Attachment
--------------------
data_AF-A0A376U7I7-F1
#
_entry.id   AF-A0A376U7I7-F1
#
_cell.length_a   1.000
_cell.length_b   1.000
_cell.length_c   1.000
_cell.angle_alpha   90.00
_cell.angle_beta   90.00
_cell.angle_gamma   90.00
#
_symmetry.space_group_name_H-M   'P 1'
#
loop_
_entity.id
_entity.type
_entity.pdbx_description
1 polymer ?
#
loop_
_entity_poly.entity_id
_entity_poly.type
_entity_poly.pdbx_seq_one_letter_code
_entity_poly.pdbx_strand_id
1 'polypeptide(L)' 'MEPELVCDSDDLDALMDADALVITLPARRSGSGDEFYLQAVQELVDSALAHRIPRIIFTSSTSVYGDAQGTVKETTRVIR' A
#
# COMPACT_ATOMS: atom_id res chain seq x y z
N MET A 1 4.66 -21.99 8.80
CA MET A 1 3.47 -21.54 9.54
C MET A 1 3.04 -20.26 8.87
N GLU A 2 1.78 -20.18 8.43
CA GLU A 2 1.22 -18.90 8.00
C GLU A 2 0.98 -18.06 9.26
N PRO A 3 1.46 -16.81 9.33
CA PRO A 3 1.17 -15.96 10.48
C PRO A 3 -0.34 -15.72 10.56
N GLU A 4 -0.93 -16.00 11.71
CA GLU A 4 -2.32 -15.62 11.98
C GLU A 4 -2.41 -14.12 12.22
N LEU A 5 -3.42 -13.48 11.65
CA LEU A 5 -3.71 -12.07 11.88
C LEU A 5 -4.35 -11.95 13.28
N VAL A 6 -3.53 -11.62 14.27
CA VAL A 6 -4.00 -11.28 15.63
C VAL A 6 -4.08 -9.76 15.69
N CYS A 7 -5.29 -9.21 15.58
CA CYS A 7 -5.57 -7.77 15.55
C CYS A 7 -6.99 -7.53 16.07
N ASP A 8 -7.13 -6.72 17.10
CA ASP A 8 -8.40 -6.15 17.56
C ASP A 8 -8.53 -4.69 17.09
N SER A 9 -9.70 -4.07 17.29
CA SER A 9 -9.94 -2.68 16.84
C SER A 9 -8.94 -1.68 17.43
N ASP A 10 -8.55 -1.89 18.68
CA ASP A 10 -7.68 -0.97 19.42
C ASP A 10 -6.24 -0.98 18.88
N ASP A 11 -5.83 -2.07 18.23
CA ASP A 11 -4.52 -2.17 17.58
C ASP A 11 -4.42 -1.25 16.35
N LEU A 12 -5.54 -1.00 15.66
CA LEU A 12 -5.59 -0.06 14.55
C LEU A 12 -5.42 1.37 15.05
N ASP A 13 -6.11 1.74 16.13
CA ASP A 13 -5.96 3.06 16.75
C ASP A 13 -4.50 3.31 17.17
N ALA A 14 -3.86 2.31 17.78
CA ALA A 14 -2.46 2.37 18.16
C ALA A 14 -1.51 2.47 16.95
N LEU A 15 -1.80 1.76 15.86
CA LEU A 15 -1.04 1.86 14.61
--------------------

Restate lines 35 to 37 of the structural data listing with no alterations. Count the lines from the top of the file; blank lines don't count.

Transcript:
CA PRO A 3 1.17 -15.96 10.48
C PRO A 3 -0.34 -15.72 10.56
N GLU A 4 -0.93 -16.00 11.71